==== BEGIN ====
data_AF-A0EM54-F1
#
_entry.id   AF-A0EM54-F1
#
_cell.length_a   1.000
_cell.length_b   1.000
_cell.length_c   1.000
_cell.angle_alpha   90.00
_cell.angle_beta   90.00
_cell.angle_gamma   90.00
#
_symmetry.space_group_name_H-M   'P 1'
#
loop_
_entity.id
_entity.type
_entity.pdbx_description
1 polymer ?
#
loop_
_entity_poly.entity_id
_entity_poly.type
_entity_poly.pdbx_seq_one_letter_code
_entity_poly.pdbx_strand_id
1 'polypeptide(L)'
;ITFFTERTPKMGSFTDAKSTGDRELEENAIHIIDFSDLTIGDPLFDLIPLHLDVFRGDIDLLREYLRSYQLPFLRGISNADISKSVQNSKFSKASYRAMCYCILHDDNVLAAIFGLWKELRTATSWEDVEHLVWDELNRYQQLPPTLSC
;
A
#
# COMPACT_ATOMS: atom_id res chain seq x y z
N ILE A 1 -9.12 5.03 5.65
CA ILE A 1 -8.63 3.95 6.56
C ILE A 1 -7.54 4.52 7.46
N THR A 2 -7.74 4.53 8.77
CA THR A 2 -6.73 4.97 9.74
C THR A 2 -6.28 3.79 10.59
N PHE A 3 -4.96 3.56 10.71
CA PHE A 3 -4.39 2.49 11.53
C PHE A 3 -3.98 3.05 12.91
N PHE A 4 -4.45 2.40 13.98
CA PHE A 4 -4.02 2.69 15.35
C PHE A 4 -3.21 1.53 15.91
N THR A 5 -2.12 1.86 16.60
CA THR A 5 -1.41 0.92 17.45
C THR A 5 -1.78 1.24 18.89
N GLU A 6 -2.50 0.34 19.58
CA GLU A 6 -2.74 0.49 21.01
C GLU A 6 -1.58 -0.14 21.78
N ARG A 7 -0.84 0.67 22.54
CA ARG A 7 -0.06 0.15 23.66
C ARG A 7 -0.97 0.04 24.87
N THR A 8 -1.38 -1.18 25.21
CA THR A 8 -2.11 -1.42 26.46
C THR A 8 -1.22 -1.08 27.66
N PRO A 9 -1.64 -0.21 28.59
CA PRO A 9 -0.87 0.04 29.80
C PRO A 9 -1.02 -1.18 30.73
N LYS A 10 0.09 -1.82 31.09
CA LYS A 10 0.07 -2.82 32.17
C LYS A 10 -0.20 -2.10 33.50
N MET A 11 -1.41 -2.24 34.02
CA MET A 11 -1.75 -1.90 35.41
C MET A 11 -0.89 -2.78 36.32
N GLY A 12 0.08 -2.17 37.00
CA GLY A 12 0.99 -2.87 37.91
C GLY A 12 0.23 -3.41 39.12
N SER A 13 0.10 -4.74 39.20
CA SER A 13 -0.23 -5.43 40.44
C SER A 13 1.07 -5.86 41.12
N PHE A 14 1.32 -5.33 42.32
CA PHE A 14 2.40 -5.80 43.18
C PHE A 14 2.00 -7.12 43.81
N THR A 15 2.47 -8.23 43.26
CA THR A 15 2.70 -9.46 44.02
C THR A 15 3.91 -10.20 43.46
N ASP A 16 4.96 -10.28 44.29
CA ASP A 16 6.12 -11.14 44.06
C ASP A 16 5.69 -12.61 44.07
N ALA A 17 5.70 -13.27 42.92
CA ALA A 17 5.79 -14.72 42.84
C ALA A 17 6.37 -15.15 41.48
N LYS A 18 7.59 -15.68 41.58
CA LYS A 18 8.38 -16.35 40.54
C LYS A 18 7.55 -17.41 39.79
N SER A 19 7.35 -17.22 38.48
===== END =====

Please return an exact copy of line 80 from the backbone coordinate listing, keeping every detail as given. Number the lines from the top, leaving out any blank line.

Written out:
CA ALA A 17 5.79 -14.72 42.84